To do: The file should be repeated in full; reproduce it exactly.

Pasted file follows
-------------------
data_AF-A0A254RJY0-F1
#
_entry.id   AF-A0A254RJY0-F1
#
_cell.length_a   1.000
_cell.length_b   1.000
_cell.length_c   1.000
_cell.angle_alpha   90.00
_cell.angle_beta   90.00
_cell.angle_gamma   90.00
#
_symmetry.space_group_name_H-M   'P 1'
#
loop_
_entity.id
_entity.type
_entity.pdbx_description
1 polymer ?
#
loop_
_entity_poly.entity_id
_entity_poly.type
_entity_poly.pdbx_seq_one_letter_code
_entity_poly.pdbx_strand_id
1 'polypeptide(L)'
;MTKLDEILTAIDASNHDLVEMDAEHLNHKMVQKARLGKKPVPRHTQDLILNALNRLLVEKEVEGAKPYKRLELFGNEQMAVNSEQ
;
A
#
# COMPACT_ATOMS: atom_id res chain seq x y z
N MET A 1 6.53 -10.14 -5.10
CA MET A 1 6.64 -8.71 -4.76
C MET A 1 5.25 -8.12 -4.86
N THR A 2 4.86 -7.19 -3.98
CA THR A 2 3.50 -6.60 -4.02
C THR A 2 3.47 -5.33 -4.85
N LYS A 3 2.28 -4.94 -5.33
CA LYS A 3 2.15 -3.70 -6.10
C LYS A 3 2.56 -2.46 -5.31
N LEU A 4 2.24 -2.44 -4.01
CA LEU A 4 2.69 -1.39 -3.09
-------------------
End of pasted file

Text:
data_AF-A0A254RJY0-F1
#
_entry.id   AF-A0A254RJY0-F1
#
_cell.length_a   1.000
_cell.length_b   1.000
_cell.length_c   1.000
_cell.angle_alpha   90.00
_cell.angle_beta   90.00
_cell.angle_gamma   90.00
#
_symmetry.space_group_name_H-M   'P 1'
#
loop_
_entity.id
_entity.type
_entity.pdbx_description
1 polymer ?
#
loop_
_entity_poly.entity_id
_entity_poly.type
_entity_poly.pdbx_seq_one_letter_code
_entity_poly.pdbx_strand_id
1 'polypeptide(L)'
;MTKLDEILTAIDASNHDLVEMDAEHLNHKMVQKARLGKKPVPRHTQDLILNALNRLLVEKEVEGAKPYKRLELFGNEQMAVNSEQ
;
A
#
# COMPACT_ATOMS: atom_id res chain seq x y z
N MET A 1 6.53 -10.14 -5.10
CA MET A 1 6.64 -8.71 -4.76
C MET A 1 5.25 -8.12 -4.86
N THR A 2 4.86 -7.19 -3.98
CA THR A 2 3.50 -6.60 -4.02
C THR A 2 3.47 -5.33 -4.85
N LYS A 3 2.28 -4.94 -5.33
CA LYS A 3 2.15 -3.70 -6.10
C LYS A 3 2.56 -2.46 -5.31
N LEU A 4 2.24 -2.44 -4.01
CA LEU A 4 2.69 -1.39 -3.09